Larson uses letters, journals and the accounts of survivors to reconstruct the shipboard experiences, and these are among the most vivid and often heartbreaking passages in the book. In one, Theodate Pope, one of America’s “few female architects of stature,” recalls the consternation of a fellow passenger who had been served a dish of ice cream but no spoon: “He looked ruefully at it and said he would hate to have a torpedo get him before he ate it.” In another, Nellie Huston, a 31-year-old traveling home to England, describes the unexpected challenges of trying to get into her top bunk in second class. “I don’t know if I was supposed to be able to spring right into it,” she explained in a letter home, “but I’m too heavy behind.” Charles Lauriat Jr., a noted Boston book dealer, came aboard with a priceless set of drawings by William Makepeace Thackeray and a one-of-a-kind edition of “A Christmas Carol” adorned with handwritten notations by Charles Dickens. Lauriat neglected to take out insurance, having judged that the risk “is practically nil.” In the end, he lost these literary treasures but managed to save a set of pictures of his baby. “They were my mascot,” he cabled to his wife.

These stories put a human face on the scenes of carnage when the Lusitania finally crosses the path of the U-20 on May 7, 1915. Lauriat’s experiences are especially harrowing, as he finds himself momentarily snagged in the ship’s wireless antenna and nearly dragged to the bottom. Pope was also among the survivors, but her traveling companions were not. She spent the rest of her life trying to contact them through spirit mediums. Huston did not live to mail the account of her struggles with the second-class bunk; her letter was found floating in her purse on the sea.

Turner appears to have been fully prepared to go down with the ship, but in the end his life jacket spared him as the Lusitania “seemed to be plucked from my feet by a giant hand.” The torpedo, as Larson explains, struck the hull at a particularly vulnerable spot, flooding the coal bunkers that ran the length of the ship and sending her to the bottom in just 18 minutes. As Schwieger himself noted, “She could not have steered a more perfect course if she had deliberately tried to give us a dead shot.” In the chaos, only six of the ship’s 22 conventional lifeboats were successfully launched.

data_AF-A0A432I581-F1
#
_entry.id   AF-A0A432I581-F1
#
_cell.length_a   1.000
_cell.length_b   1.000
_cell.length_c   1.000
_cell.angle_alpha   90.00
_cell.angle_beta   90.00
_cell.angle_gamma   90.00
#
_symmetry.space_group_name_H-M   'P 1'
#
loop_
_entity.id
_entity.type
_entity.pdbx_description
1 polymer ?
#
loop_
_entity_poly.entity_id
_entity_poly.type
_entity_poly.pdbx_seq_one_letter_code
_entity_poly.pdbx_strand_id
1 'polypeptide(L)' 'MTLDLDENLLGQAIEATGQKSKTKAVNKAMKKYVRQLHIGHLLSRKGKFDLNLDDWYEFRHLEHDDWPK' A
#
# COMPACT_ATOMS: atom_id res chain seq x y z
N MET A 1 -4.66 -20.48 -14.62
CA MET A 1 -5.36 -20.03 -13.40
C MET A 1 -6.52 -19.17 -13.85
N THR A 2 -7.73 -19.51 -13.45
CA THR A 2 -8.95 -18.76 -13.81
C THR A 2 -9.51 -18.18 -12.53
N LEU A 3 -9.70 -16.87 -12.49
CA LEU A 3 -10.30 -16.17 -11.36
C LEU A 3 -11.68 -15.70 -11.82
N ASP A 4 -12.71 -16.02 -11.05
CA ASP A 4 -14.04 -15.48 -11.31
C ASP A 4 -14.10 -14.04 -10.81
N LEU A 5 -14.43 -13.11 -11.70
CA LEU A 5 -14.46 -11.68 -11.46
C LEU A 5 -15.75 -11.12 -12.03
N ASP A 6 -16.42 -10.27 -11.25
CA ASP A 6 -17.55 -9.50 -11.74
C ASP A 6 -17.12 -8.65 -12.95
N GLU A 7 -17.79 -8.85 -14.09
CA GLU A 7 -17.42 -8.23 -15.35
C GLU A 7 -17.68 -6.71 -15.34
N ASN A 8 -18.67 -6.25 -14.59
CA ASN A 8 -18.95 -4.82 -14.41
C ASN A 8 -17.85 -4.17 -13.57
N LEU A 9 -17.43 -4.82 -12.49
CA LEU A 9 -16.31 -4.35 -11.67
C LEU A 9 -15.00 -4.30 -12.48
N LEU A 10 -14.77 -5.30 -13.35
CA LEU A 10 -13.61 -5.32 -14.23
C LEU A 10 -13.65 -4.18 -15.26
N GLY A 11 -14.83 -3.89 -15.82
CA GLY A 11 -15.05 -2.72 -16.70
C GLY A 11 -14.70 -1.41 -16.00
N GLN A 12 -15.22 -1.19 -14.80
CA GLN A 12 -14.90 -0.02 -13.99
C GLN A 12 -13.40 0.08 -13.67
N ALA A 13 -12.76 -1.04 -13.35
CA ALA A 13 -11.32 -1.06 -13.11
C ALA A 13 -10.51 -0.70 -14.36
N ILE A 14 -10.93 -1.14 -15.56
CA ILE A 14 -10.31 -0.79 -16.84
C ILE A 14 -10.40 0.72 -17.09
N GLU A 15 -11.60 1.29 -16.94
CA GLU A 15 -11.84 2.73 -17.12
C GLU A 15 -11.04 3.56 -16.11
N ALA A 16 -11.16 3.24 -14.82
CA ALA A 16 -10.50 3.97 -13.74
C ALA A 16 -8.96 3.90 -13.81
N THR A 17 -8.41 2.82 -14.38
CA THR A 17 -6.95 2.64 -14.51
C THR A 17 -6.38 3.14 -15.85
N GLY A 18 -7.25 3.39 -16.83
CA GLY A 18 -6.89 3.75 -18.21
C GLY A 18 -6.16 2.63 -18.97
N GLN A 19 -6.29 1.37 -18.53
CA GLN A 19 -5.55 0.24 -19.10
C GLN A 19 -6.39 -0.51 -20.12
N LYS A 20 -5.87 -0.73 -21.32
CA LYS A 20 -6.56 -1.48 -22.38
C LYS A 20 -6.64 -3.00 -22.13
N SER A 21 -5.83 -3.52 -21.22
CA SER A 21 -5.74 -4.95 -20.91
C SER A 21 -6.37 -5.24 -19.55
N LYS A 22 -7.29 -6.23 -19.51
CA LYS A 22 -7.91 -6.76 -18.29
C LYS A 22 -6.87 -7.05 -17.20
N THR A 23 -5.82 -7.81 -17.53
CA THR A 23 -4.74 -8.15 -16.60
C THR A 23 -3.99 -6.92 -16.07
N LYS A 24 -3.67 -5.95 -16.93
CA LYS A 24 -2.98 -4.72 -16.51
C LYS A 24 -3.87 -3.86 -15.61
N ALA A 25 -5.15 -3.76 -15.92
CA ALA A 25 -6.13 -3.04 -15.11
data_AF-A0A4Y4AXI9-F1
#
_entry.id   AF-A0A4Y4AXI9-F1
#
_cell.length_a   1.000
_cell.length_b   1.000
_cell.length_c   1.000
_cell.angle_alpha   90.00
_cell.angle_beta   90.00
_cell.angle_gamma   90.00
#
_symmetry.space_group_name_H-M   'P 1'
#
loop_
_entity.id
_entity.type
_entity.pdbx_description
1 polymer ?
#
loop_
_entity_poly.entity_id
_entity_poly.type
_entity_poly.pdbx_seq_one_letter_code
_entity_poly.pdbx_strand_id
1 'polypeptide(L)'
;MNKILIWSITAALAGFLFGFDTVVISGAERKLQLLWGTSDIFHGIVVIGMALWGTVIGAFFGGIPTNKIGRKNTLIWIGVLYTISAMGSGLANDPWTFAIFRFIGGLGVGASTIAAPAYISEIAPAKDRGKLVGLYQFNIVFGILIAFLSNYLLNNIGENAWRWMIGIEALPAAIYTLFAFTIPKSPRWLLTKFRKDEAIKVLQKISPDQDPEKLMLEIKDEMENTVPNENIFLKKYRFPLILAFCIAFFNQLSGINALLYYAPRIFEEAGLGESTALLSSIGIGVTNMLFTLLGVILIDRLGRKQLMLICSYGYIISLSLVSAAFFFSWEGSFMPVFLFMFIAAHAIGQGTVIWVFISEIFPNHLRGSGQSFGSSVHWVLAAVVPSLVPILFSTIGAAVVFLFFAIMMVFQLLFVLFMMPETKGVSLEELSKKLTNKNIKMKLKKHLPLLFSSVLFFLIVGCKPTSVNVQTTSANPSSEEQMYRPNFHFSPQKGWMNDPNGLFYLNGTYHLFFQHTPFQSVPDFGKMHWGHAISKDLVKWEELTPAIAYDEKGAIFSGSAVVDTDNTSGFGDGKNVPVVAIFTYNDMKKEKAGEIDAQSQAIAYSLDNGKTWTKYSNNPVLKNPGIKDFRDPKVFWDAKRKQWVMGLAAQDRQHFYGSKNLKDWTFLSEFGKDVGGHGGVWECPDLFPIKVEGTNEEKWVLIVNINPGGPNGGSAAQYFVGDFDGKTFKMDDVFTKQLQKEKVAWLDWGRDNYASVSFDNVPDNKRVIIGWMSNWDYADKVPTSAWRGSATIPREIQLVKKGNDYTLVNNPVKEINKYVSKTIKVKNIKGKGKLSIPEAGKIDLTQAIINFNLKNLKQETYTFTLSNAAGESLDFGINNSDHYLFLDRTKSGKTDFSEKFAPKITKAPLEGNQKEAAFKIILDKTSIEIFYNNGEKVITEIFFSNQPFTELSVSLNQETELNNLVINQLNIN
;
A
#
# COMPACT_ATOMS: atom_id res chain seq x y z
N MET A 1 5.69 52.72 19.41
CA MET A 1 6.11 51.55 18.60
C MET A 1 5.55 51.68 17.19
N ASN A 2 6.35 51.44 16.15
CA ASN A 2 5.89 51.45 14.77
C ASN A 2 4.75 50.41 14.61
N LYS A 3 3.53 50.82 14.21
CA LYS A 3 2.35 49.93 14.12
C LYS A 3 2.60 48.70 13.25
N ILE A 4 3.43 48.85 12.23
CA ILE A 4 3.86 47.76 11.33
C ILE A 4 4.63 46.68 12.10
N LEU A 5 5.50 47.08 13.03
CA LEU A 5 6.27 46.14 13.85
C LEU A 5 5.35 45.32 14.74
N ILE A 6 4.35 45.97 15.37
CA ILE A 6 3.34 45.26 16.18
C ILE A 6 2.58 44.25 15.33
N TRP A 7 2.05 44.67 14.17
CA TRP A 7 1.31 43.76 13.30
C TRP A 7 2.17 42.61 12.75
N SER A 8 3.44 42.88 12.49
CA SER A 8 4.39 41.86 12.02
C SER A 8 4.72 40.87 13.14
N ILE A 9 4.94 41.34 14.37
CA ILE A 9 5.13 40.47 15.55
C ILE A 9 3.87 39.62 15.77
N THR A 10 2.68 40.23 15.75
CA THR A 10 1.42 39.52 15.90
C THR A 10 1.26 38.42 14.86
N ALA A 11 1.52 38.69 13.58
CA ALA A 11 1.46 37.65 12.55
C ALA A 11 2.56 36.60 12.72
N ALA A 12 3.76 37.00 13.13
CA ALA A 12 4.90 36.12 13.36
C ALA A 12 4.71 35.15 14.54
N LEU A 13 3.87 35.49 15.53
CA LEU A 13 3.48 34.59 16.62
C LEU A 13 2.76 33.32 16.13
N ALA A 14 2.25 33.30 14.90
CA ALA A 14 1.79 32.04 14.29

“There can be no doubt that for many passengers death came suddenly and utterly by surprise,” Larson writes. “Passengers were crushed by descending boats. Swimmers were struck by chairs, boxes, potted plants, and other debris falling from the decks high above. And then there were those most ill-starred of passengers, who had put on their life preservers incorrectly and found themselves floating with their heads submerged, legs up, as in some devil’s comedy.” Of the 1,959 passengers and crew members, only 764 survived. Among the dead were 123 Americans. “We shall be at war with Germany within a month,” predicted one American official.

In fact, a further two years elapsed before America entered the conflict, and by that time a great many uncomfortable questions had surfaced about the Lusitania. Even Schwieger found it “inexplicable,” as he noted in the U-20’s log, that the ship had not been safely diverted to a more northerly route. Others wondered, in the face of Germany’s public warning and a well-documented surge of U-boat activity, why no military escort had been provided, though Turner himself doubted that it would have prevented the catastrophe. “It might,” he said, “but it is one of those things one never knows. The submarine would have probably torpedoed both of us.”